Five-year wilkinson microwave anisotropy probe (WMAP) observations: Bayesian estimation of cosmic microwave background polarization maps

J. Dunkley, David N. Spergel, E. Komatsu, G. Hinshaw, D. Larson, M. R. Nolta, N. Odegard, L. Page, C. L. Bennett, B. Gold, R. S. Hill, N. Jarosik, J. L. Weiland, M. Halpern, A. Kogut, M. Limon, S. S. Meyer, G. S. Tucker, E. Wollack, E. L. Wright

Research output: Contribution to journalArticlepeer-review

112 Scopus citations


We describe a sampling method to estimate the polarized cosmic microwave background (CMB) signal from observed maps of the sky. We use a Metropolis-within-Gibbs algorithm to estimate the polarized CMB map, containing Q and U Stokes parameters at each pixel, and its covariance matrix. These can be used as inputs for cosmological analyses. The polarized sky signal is parameterized as the sum of three components: CMB, synchrotron emission, and thermal dust emission. The polarized Galactic components are modeled with spatially varying power-law spectral indices for the synchrotron, and a fixed power law for the dust, and their component maps are estimated as by-products. We apply the method to simulated low-resolution maps with pixels of side 7.2 deg, using diagonal and full noise realizations drawn from the WMAP noise matrices. The CMB maps are recovered with goodness of fit consistent with errors. Computing the likelihood of the E-mode power in the maps as a function of optical depth to reionization, τ, for fixed temperature anisotropy power, we recover τ = 0.091 0.019 for a simulation with input τ = 0.1, and mean τ = 0.098 averaged over 10 simulations. A "null" simulation with no polarized CMB signal has maximum likelihood consistent with τ = 0. The method is applied to the five-year WMAP data, using the K, Ka, Q, and V channels. We find τ = 0.090 0.019, compared to τ = 0.086 0.016 from the template-cleaned maps used in the primary WMAP analysis. The synchrotron spectral index, β, averaged over high signal-to-noise pixels with standard deviation σ(β) < 0.25, but excluding 6% of the sky masked in the Galactic plane, is -3.03 0.04. This estimate does not vary significantly with Galactic latitude, although includes an informative prior.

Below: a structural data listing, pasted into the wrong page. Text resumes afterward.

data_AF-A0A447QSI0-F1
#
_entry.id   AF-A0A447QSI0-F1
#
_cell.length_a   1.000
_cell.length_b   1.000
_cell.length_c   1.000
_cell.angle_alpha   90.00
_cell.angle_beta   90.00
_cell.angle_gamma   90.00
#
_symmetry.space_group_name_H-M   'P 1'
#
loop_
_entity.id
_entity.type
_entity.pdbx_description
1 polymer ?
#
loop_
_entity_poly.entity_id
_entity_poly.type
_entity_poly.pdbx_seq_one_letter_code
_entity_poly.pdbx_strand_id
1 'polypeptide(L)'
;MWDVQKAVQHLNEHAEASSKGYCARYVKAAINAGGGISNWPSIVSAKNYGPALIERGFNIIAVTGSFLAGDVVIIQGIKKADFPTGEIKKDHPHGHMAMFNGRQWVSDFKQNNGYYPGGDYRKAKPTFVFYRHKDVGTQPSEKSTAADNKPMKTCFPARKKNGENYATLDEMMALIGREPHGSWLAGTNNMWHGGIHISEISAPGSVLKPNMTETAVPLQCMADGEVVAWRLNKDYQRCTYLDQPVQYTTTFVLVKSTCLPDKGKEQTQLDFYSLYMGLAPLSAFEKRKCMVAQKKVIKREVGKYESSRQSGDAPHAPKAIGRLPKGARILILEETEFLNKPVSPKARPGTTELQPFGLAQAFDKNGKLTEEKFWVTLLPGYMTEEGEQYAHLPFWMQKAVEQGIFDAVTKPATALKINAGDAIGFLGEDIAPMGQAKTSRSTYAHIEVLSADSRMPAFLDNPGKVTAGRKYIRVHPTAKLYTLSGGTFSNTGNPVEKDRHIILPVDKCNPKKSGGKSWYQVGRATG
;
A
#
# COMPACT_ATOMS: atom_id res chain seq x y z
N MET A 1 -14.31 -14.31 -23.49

Original languageEnglish (US)
Pages (from-to)1804-1813
Number of pages10
JournalAstrophysical Journal
Issue number2
StatePublished - 2009

All Science Journal Classification (ASJC) codes

  • Astronomy and Astrophysics
  • Space and Planetary Science


  • Cosmic microwave background
  • Cosmology: observations
  • Methods: statistical
  • Polarization
  • Radio continuum: ISM


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